Review

Song Review: TST – Wake Up

Songs like Wake Up are easy to dismiss. They’re too catchy. They’re not self-serious enough. They have no redeeming artistic value. These are the kinds of criticisms that define what are considered “guilty pleasures” by many, and this outlook has been drilled subconsciously into my thinking as well. And yet, when I imagine the kind of pop song I want to hear — to fully enjoy, not just appreciate on a critical level — tracks like Wake Up are the first ones to come to mind.

TST has worked with producers Sweetune since their debut, and that’s always a recipe for a strong discography. Yet, it wasn’t until last November’s Paradise that this collaboration truly ignited. Beyond its obvious retro influences, Wake Up couldn’t be more different in tone. Yet, that trademark, melodic Sweetune touch elevates what might otherwise be a throwaway dance track. Honestly, I was sold from the very first moment, when upbeat rhythm guitar fuses with bright synths to forge an incredibly sunny instrumental.

Other than Paradise, I’ve never been a huge fan of TST’s vocals. They’re a little too sugary for me (and that’s saying something!). Wake Up might have become an all-time classic if performed with a more robust tone, and that realization dulled some of my enjoyment the first time through. But here’s where the importance of melody comes in. Sweetune are masters of the hook, filling their work with verses and pre-choruses that sound as strong as full-fledged choruses. This melodic approach is in full effect here. Wake Up’s pre-chorus is probably my favorite bit of pop melody so far this year, offering an off-kilter sense of build before the track launches into a more simplistic, chant-heavy hook. Through it all, the energy is ebullient and utterly refreshing. Screw self-seriousness and artistic value. Give me the unabashed sing-along jams any day.

 Hooks 9
 Production 9
 Longevity 9
 Bias 9
 RATING 9

~

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6 thoughts on “Song Review: TST – Wake Up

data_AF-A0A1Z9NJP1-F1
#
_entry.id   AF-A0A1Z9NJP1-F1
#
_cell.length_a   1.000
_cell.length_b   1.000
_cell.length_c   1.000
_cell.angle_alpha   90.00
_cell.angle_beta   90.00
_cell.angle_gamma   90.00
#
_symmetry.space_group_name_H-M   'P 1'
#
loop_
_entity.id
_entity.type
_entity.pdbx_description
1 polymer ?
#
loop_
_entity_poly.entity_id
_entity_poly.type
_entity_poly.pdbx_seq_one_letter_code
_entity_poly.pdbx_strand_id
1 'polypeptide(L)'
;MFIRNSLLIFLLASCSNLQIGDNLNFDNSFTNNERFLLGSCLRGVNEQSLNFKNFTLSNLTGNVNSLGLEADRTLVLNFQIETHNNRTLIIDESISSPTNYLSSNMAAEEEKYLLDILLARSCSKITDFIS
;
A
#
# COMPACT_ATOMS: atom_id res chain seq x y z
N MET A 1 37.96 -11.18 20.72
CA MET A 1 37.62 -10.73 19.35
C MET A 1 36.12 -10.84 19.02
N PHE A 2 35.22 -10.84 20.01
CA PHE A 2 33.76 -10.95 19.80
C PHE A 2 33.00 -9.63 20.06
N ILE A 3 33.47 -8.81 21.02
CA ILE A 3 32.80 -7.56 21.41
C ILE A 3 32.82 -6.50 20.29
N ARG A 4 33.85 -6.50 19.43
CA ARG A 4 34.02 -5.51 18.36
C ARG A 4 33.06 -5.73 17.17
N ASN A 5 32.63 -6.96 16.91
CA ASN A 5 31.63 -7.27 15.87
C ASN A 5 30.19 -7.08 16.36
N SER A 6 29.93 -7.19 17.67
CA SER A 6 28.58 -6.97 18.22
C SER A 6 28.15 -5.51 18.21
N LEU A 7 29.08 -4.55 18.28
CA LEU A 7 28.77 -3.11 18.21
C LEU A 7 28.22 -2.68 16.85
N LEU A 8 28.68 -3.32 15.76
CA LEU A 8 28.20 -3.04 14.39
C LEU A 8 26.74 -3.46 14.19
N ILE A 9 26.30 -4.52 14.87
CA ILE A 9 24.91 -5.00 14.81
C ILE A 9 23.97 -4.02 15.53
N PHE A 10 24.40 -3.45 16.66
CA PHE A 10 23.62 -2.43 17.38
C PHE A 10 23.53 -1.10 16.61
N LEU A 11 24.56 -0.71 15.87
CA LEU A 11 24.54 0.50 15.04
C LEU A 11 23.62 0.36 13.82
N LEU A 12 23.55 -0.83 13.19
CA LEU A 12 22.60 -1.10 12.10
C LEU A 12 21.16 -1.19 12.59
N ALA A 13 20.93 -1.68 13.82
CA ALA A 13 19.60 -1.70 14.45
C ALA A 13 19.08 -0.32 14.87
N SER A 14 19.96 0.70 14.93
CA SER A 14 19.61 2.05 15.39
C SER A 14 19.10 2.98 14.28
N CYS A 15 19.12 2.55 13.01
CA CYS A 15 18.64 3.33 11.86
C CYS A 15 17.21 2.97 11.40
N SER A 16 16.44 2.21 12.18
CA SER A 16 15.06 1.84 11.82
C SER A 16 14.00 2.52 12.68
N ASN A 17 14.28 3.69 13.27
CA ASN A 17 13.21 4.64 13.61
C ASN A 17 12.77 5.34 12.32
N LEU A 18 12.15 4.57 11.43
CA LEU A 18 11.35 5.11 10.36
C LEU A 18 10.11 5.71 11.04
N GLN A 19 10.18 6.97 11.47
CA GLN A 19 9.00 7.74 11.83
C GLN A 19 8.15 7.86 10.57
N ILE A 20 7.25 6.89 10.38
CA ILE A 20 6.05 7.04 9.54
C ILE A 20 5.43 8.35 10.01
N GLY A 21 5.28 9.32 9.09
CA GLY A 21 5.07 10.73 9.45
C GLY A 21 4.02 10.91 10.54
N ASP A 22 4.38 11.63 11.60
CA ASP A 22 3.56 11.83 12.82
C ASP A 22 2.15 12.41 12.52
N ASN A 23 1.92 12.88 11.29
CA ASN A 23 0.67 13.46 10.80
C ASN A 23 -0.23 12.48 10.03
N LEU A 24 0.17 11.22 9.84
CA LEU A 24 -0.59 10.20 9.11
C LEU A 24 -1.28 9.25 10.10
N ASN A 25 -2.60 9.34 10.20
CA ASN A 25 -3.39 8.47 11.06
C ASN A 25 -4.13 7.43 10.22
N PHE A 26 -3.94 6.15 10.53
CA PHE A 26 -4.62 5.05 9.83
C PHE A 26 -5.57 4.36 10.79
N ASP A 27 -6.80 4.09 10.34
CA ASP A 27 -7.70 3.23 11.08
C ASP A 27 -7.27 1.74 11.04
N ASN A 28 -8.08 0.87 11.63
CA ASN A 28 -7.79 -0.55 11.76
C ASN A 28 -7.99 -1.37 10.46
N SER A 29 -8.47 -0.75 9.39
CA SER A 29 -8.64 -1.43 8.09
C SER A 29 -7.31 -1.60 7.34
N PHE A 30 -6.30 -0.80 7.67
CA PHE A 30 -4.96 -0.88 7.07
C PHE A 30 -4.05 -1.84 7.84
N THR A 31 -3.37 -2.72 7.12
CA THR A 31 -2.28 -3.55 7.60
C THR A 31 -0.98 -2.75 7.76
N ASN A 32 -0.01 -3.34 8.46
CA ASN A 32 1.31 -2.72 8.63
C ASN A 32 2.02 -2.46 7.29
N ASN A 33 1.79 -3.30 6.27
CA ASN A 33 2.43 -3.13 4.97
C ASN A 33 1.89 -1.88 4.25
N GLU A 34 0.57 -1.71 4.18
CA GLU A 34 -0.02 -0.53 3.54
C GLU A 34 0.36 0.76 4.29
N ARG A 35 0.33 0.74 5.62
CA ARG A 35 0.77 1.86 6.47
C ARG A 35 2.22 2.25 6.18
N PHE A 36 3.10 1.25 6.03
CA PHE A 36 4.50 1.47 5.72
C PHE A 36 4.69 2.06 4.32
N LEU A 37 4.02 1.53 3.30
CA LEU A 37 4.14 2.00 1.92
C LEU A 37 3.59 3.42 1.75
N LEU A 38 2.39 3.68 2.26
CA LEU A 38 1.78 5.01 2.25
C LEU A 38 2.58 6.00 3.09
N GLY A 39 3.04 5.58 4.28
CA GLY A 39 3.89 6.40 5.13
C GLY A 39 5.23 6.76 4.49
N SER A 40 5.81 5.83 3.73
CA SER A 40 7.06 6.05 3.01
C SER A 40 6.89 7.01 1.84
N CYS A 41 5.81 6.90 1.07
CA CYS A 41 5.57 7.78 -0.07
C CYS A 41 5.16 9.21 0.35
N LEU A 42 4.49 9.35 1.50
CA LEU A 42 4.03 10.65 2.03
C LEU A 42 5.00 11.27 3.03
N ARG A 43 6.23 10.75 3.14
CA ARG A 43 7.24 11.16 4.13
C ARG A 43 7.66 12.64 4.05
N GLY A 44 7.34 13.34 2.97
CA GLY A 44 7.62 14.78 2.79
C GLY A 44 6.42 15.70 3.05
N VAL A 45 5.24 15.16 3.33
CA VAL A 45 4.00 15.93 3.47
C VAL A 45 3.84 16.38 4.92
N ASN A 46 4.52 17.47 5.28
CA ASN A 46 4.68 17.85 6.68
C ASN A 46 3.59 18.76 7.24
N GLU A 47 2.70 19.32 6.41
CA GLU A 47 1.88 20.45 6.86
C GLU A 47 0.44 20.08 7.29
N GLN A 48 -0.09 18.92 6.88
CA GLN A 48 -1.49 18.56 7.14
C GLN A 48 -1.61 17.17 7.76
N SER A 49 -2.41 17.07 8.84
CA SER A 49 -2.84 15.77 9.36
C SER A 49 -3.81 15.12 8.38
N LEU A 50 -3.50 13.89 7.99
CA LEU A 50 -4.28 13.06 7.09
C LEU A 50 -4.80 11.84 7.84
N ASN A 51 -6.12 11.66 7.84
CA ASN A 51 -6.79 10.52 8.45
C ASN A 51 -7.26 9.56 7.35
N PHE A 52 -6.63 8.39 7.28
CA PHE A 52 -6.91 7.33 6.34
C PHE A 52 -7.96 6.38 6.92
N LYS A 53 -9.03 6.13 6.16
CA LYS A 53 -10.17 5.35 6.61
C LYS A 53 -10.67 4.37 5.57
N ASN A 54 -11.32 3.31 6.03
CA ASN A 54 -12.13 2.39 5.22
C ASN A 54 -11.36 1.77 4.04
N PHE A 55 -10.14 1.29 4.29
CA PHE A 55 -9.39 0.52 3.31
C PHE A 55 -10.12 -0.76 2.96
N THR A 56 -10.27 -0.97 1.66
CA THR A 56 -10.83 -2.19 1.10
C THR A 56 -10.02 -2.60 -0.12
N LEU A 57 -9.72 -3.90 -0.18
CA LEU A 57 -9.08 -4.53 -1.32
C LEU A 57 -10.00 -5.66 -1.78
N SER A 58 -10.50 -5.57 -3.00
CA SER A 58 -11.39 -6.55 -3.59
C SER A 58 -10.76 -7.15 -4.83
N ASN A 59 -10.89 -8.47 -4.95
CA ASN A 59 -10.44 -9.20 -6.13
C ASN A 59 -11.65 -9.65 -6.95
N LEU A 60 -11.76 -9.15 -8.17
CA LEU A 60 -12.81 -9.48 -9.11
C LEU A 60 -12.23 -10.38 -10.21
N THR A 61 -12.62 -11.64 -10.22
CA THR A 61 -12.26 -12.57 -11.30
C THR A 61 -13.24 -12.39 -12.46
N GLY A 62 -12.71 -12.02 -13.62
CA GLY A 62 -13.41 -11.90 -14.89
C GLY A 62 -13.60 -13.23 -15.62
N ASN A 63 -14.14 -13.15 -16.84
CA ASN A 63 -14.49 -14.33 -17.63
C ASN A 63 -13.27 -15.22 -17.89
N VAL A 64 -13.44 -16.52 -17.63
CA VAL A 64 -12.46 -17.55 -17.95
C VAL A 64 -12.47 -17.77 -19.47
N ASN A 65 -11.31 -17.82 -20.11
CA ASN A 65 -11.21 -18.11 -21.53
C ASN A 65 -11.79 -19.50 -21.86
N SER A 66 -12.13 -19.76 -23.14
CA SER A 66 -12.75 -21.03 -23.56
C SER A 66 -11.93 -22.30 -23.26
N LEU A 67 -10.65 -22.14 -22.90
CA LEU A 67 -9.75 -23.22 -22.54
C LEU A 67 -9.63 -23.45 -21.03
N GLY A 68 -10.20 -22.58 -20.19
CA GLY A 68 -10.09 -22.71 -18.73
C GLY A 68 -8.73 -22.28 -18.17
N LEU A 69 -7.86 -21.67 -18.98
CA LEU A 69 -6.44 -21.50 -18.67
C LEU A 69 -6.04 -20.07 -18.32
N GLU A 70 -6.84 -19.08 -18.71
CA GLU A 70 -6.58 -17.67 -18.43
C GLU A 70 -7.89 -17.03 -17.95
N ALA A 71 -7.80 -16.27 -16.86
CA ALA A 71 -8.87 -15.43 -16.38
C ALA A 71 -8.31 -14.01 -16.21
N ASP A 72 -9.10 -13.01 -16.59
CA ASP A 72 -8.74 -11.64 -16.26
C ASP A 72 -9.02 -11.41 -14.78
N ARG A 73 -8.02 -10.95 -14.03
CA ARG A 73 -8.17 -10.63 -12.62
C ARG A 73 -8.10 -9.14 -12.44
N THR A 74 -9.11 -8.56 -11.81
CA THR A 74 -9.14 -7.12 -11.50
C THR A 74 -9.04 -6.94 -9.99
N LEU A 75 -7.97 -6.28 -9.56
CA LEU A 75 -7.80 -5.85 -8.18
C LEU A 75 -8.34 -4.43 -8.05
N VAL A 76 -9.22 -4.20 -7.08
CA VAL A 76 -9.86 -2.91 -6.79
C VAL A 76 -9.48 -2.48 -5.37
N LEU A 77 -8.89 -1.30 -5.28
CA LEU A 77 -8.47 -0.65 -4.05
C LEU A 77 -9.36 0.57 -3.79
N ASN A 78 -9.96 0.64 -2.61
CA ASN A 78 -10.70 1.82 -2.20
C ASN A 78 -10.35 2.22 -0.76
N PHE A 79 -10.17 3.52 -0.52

1. Thank you for that first paragraph!

    I’m about to get off-topic, but don’t worry I think my point is illustrative. My write-ups for Twice’s songs when I made my 2018 list could have gotten into the musical weeds, but I ended up just saying “I like Twice because they’re fun” for a reason! And that’s because I don’t see them as guilty pleasure. I don’t need to back up liking Twice with theory – not because Twice is so uncomplex that there’s no substance to talk about or because I don’t like talking about theory – but because I feel it’s not worth justifying Twice by “proving” that the music is “worth listening to.”

    Something that sort of bothers me about kpop fandom climate right now is the insistence that everything has to be deep, meaningful, or worth listening to on some level of artistry or talent. Honestly, as someone who used to scream about how great GD was because he wrote his own songs, I think it comes down to insecurity. Personally, I was so up in arms that everyone seemed to think kpop was stupid music for vapid tweens that I desperately wanted to prove otherwise, as was my 14 year old disdain for being perceived as juvenile. And while not all kpop fans are 14 yr old GD stan JYHB, many clearly think the same way. Music that’s worth listening to becomes characterized by phrases like “self-composed” or “commentary on social issues” or “commentary on mental health.” There is, of course, nothing wrong with music that wants to say something, and music is indeed a very powerful tool for creating change, but I feel like fans hide behind these things as a litmus test for music that’s “justifiable”. Stuff like Lovelyz singing about candy jelly love or Jimin shouting “hey!” 90 times in one AoA song doesn’t make this cut, and even worse, it epitomizes all of the criticisms from non-fans. It’s shallow, cutesy, manufactured, and it says nothing about the world, so it’s not “worth listening to.”